[JURIST] The corruption trial of former Taiwanese president Chen Shui-bian [BBC profile; JURIST news archive] opened Thursday, one day after Chen criticized the proceedings as "political persecution." Chen was indicted [JURIST report] in December and faces possible life in prison on charges of embezzlement, receiving bribes, forgery, and money laundering. Chen has maintained that the charges against him are politically motivated, alleging that the administration of current President Ma Ying-jeou [official website; JURIST news archive] is using the trial to distance itself from Chen's anti-China views. On Wednesday, Chen issued a statement of protest [Taipei Times report], declaring that a verdict against him had been determined before the trial began. Also Wednesday, the Taiwanese Ministry of Justice [official website] announced that it will investigate statements made by a prosecutor [Taiwan News report] in the Chen trial on a television talk show to determine whether any confidential information was revealed. Chen's trial is expected to conclude in mid-April [NYT report].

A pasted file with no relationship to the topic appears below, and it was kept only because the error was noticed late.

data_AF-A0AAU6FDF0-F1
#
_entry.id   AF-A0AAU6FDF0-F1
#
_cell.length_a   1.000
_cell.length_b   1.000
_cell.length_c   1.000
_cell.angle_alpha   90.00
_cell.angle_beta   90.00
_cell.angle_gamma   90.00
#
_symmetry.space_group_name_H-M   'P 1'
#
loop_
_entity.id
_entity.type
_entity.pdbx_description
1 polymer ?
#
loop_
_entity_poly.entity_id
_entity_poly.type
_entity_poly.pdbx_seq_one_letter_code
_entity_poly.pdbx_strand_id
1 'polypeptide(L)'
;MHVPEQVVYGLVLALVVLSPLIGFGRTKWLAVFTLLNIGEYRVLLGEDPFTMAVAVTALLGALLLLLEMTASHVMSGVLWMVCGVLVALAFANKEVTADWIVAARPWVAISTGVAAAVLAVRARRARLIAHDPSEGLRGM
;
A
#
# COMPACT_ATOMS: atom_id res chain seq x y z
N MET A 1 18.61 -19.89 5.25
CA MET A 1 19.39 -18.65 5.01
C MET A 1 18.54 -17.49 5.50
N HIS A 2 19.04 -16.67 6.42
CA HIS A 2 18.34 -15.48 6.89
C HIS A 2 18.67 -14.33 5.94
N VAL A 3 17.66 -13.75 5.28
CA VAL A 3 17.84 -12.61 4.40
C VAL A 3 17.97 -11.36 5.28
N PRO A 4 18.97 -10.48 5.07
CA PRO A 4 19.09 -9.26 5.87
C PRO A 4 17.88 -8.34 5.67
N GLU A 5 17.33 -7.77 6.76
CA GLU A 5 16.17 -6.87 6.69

Chen has staged two hunger strikes [JURIST report] in protest of the charges against him, and in January he unsuccessfully appealed [JURIST report] his pretrial detention. In February, Chen's wife, Wu Shu-Chen, pleaded guilty to charges [JURIST report] of money-laundering and forgery, but denied charges that she embezzled from the presidential state affairs fund. Chen's sister-in-law has also pleaded guilty [JURIST report] to charges that she had forged documents and transferred money to bank accounts upon orders from Chen and Wu. Chen has asserted that he was unaware of Wu's actions. In September 2008, Chen was cleared [JURIST report] of separate defamation charges.